So as we move into our keynote address with looking at youth conserving our resource for the future it’s really appropriate to challenge this second day with that concept. And to keep that sort of framework in the back of your mind as how I am being the obstetrician to the youth of the future, what role am I playing in facilitating that birth and making sure that the product of that birth is the best that I know how to help with.

Our speaker of course, our keynote speaker Diana Birch is not a stranger to anyone in this room. Diana’s been instrumental in introducing the whole field of adolescent health to the UK, she has brought it down to the practical level by developing the Youth Support House in Beckenham. She has provided a colloquia for people like you and I to get together by having these conferences, she has provided literature for us to take away and she shares her experience of working with youth and she has generally just been a spark for all us who come from both sides of the pond so to speak, those of us in the US to hear of what’s going on in the UK and for those in the UK to constellate their energies for 2 days or sometimes to spend time with her in some of her programmes. I couldn’t think of a better keynote speaker to start off this second day than Diana who has organised this conference, who has probably spoken with most of you in this room, who has interacted with probably some of the more difficult youth that I have seen in her programme, and who has thought a lot about where youth are going, so I will turn the podium over to Diana to address the issue of youth conserving our resource for the future.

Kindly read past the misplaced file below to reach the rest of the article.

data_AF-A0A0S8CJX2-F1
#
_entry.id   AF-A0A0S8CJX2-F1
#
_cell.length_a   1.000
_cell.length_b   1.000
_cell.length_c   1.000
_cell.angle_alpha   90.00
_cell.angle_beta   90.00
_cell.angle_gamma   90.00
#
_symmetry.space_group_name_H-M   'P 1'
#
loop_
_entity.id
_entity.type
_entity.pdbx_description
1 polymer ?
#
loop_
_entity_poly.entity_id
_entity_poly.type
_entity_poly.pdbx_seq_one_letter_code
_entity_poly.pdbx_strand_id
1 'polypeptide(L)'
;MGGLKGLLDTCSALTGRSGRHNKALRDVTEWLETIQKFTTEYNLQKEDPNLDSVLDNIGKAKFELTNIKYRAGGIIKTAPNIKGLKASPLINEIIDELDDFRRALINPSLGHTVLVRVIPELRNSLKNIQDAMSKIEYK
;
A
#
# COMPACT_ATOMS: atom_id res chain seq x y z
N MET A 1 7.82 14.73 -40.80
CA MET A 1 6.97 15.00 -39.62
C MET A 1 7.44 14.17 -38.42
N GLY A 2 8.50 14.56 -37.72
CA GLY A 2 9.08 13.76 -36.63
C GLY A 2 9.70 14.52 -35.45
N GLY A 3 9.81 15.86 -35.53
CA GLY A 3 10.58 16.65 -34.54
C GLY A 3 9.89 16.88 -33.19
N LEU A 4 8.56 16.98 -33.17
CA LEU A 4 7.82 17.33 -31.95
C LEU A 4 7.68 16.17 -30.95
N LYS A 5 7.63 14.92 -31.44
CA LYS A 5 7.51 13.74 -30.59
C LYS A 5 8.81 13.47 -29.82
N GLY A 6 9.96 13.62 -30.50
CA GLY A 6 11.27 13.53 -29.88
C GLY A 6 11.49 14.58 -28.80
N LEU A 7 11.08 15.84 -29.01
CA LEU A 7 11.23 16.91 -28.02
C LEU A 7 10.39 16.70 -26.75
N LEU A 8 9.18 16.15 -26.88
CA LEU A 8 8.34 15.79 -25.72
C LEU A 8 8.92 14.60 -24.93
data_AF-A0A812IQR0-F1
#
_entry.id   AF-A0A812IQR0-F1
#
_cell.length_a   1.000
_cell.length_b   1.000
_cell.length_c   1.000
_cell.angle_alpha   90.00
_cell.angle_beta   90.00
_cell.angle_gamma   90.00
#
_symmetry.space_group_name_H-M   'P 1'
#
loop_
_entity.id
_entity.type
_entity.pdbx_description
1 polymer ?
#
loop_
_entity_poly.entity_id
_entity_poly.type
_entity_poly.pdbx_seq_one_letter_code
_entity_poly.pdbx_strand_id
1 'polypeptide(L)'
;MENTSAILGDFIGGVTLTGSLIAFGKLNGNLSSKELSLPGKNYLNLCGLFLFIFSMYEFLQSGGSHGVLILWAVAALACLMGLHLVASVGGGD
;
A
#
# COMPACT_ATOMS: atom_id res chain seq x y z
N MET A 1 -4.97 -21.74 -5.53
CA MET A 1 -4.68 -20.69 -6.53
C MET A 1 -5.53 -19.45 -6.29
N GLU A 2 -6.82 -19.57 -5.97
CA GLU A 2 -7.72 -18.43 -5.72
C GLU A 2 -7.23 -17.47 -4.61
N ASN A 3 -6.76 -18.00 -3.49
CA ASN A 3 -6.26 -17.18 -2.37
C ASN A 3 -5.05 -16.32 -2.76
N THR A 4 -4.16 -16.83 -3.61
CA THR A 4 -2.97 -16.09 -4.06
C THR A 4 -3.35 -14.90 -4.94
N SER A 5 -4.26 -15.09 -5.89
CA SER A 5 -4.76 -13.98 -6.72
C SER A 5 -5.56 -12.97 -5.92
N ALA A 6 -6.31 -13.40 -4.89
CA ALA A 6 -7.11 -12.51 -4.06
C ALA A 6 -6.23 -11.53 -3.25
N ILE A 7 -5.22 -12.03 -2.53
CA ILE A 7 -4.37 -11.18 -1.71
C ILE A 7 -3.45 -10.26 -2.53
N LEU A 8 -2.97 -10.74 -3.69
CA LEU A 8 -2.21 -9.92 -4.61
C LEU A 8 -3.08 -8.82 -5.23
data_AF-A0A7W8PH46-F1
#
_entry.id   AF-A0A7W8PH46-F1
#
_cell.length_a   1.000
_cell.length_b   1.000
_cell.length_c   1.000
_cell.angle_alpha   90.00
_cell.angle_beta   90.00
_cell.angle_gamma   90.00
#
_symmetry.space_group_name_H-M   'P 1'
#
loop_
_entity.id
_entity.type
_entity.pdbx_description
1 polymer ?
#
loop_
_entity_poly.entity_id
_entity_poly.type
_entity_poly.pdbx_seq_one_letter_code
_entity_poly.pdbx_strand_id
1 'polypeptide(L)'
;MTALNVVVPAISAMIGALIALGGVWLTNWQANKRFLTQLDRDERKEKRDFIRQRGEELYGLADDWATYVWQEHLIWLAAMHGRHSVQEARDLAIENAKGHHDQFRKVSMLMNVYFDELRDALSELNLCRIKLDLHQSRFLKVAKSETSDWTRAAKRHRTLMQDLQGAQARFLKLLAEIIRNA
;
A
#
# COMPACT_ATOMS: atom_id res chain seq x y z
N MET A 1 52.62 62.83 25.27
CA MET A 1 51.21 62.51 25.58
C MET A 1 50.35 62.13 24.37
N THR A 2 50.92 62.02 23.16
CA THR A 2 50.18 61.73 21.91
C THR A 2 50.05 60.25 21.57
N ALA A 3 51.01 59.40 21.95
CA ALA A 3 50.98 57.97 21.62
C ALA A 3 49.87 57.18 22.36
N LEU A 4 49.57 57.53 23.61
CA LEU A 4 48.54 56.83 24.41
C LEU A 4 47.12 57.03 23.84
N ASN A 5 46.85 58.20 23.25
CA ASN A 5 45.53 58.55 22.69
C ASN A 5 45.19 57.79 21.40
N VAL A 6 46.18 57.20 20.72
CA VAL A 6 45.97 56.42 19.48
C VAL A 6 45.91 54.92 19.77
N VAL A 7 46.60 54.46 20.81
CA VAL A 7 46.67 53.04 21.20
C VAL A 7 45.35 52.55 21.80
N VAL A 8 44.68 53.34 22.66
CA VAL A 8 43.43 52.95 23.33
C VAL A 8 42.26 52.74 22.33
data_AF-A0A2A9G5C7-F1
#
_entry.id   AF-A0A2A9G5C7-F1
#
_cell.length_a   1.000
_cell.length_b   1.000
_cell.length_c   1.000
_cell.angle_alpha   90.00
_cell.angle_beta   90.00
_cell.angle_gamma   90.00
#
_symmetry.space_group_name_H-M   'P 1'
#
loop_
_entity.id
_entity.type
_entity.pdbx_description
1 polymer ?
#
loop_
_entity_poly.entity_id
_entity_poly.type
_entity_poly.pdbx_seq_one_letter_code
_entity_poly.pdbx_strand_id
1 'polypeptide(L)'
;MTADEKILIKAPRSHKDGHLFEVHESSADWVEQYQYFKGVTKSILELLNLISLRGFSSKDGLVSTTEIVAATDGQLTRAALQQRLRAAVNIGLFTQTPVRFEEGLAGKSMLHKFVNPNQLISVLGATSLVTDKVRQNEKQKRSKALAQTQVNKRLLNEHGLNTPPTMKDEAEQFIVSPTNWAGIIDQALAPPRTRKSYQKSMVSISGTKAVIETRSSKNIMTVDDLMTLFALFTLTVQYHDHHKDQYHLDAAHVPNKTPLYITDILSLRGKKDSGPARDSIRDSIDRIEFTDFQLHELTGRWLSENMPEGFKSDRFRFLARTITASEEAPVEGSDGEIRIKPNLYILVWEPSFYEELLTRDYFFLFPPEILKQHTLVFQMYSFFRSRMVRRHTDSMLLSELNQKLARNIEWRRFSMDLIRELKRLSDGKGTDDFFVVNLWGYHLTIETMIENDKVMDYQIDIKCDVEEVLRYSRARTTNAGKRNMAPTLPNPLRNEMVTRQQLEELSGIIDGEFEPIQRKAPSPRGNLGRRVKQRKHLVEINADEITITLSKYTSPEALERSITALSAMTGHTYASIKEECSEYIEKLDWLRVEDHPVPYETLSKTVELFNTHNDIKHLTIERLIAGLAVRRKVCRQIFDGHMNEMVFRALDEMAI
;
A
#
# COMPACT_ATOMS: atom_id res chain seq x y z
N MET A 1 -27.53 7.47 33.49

Youth - Conserving our Resource For the Future    Diana Birch

Adolescence is traditionally regarded as a time of turbulence, a cocktail of mixed emotions, anxiety, excitement, pain, fear and joy  - though as often as not the joy part is experienced as a retrospective emotion something not experienced until looking back and having gone through several adolescence’s or life changes.